You would have noted, I’m sure, over the past couple of days, rather over-the-top slanders from Peter Boyle and Norm Dixon accusing me of being a liar. As for gossip, we both know as political animals that one person’s gossip is another’s political information. I’m personally angered by the accusations that I’m a liar. No evidence is presented, but obviously the real issue is that the material I point to is genuine, and the issue is truth, not lying. That’s Norm’s problem, and Boyle’s problem, not mine.
On your most trivial point, Ozleft is used as a mailbox by a few people who prefer to use pseudonyms for obvious reasons, and it’s pretty clear from the pseudonyms who they are. Is that a problem? DSP personalities and others also use pseudonyms on the Green Left discussion list.
Hoping to see you next time you’re in Australia.
September 15, 2004
Thanks for your reply. Thanks for passing on my comments to Ian Angus, and he has promptly recognised that failing to acknowledge the Kavanagh article to Ozleft was an oversight and he intends to correct it.
I have always had the utmost respect for Ian Angus and his book on Canadian Trotskyism, which has a curious history in Australia.
In the early 1980s, when the Australian DSP had its spectacular falling out with the US SWP, I was doing my usual thing at a Big Red Bookfair, organised by the now-deceased Communist Party of Australia, and I discovered that on the DSP’s bookstall they were flogging off the Pathfinder editions of the writings of Trotsky, and a number of other major Pathfinder works for $1 each, including 10-15 copies of Ian Angus’s book.
When I established that the price wasn’t a mistake, I rang a couple of my associates and we bought 10 or 12 boxes of Pathfinder stuff — as much as was available — $1 a pop was a good price for us in those days, and for a few years thereafter, we had Trotsky’s writings and quite a few other Pathfinder editions, including Ian Angus’s book, in my shop at reasonable prices.
Flogging off Trotsky’s writings for $1 seemed to me at the time to reflect a bit of catharsis on the part of the DSP leadership, which at the time was making a lot of noise about how it had ditched all the errors of Trotskyism. Flogging the Trotsky works for $1 each had an aspect of a break with the Trotskyist past. They also flogged off the Farrell Dobbs books about Mineappolis for $1, and I found selling them to new generations of activists a very useful thing indeed, in the 1980s and 1990s.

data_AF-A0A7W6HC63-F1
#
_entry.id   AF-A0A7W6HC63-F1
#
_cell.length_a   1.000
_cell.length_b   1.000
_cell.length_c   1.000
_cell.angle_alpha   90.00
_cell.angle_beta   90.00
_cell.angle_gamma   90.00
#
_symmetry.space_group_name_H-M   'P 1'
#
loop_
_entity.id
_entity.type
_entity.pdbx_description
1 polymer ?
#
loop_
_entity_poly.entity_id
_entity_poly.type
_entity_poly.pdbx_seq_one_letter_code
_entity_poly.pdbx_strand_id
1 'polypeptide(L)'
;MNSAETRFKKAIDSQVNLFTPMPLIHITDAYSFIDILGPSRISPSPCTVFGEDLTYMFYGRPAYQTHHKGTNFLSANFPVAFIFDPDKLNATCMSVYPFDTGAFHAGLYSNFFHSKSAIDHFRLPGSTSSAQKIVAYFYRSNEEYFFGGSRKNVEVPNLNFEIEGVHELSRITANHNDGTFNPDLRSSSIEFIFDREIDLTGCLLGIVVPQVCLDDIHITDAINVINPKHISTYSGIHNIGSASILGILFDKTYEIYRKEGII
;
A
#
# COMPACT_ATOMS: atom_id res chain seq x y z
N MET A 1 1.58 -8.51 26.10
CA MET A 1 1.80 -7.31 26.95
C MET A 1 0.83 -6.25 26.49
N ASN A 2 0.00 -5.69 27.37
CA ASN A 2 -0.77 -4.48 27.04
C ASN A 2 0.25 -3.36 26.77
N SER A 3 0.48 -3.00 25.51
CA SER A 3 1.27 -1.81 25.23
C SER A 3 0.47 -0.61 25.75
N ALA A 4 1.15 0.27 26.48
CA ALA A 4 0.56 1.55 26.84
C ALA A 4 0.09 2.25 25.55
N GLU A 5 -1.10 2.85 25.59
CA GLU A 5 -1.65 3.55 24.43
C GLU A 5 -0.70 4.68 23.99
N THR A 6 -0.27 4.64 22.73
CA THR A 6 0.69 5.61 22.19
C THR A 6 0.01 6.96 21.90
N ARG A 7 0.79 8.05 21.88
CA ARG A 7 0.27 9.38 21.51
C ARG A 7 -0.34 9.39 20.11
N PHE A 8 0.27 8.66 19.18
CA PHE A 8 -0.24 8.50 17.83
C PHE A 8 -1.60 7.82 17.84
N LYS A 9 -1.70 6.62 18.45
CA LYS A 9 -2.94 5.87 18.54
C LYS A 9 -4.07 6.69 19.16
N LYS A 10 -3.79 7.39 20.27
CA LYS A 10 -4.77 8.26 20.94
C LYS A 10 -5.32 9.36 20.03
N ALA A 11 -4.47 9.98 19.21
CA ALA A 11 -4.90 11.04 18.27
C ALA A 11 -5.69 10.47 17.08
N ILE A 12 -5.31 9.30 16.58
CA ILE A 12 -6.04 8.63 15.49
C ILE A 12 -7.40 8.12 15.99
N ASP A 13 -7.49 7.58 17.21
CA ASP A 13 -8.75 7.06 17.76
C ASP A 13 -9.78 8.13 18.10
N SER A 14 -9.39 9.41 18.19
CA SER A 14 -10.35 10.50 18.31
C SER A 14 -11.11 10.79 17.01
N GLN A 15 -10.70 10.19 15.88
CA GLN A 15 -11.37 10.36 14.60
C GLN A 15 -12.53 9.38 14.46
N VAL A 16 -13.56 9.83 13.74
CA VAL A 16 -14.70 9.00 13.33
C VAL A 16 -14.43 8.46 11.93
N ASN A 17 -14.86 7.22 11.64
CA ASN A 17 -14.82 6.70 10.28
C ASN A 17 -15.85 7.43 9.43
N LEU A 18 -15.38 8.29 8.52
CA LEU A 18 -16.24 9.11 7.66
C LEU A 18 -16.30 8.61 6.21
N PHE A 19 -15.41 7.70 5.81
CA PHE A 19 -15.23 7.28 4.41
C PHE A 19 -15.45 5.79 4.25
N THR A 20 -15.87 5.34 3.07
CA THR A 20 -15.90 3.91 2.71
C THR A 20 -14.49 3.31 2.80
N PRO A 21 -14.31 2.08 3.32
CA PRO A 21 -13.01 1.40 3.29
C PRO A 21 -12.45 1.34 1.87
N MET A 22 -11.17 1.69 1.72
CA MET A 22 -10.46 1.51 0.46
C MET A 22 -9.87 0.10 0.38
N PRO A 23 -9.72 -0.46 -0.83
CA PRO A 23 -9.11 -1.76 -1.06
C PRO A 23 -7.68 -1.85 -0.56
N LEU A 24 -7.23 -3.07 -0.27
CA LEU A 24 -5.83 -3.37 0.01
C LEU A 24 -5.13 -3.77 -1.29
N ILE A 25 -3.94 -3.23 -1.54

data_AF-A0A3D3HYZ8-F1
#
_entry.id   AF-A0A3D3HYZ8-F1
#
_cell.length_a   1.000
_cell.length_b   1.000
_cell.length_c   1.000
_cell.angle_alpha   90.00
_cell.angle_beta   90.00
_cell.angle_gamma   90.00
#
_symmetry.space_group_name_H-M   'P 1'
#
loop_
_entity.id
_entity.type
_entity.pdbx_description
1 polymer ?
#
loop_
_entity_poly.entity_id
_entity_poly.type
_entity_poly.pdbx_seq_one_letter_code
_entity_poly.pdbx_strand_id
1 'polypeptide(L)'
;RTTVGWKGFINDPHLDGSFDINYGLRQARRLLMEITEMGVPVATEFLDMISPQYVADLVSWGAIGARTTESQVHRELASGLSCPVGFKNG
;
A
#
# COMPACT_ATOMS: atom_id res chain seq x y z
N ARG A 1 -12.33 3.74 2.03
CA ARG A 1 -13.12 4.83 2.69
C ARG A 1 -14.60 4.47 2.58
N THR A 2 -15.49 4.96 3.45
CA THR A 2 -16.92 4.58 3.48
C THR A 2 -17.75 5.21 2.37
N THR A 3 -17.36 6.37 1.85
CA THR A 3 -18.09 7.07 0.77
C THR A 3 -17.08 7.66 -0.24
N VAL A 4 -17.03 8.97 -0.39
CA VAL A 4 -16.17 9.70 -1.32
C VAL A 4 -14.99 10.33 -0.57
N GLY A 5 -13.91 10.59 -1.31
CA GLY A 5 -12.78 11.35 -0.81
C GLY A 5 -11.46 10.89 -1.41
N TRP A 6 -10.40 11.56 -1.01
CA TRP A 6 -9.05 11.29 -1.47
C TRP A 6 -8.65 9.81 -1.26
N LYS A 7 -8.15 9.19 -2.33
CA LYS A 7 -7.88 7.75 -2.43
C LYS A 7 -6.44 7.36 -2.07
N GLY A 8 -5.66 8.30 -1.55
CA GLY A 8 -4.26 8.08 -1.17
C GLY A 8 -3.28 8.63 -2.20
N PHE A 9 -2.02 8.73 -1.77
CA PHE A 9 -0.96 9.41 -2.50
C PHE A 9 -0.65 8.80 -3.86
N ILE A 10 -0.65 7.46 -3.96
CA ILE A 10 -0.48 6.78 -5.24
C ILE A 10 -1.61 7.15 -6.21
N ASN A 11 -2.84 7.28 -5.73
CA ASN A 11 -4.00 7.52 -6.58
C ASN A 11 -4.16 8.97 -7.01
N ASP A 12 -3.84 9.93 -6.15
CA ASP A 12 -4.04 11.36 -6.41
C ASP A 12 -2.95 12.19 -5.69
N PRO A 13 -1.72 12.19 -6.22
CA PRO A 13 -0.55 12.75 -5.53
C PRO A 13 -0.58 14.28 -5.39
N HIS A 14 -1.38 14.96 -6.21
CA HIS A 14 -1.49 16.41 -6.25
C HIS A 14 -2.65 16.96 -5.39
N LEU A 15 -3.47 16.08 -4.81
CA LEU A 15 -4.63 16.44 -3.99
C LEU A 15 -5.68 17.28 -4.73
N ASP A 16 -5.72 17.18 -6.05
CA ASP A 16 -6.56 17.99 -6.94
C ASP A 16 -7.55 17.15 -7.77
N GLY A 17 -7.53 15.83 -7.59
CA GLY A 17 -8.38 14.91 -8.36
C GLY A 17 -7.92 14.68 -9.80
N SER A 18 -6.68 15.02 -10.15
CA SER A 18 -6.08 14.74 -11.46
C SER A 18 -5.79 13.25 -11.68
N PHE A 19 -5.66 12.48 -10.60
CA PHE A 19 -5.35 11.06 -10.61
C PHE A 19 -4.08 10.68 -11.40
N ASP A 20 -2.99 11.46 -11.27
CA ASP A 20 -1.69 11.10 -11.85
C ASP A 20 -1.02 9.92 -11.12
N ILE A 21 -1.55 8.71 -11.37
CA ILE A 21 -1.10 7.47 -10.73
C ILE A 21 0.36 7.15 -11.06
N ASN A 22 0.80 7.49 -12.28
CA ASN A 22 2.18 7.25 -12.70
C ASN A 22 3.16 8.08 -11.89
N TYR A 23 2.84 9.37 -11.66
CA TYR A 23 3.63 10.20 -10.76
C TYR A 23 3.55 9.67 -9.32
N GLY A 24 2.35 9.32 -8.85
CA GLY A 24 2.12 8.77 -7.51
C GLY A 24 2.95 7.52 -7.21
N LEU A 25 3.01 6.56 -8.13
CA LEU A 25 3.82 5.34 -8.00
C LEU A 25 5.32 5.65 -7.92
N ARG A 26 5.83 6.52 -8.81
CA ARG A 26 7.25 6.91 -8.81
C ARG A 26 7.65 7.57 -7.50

It always seemed to me that even given the heat of the political dispute between the US and Australian SWPs, flogging off the Pathfinder books at that price was both an unwise commercial decision and an unwise political decision.
I sold my last copy of Ian Angus’s book from the shop about a year ago, and I look forward with enthusiasm to his new edition. It’s an excellent book.
I note your careful and reasonably accurate account of the discussions between us, but I would make two strong points. First of all, you say there’s useful material on Ozleft, but some dross. Well, dross and useful are all in your point of view, and just for reasons of political clarification I’d be extremely interested to know what you consider dross.
It’s not that I’m particularly defensive about the wide range of material on Ozleft, but what you might consider dross might illuminate some of the political differences we might have.
Pontifically, you speak about how, as an experienced Trotskyist, you’re conscious of unprincipled combinations, etc and so forth. Here, you’re just belting out, in fact, the self-interested bullshit that you all learned from the nasty little piece by Joe Hansen about the “Abern Clique”, which is wheeled out as a standard club to belt anyone who disagrees with leaderships in Cannonist organisations.
In this particular mythology, in which you were trained, you just imply, as if it were normal, that leaderships are automatically principled but oppositions are usually “unprincipled combinations”.
This is particularly weird, coming from you, when with your other hat you assert that you’re an independent who hasn’t been in a group for 20 years, but nevertheless you can smell an “unprincipled combination” from a great distance.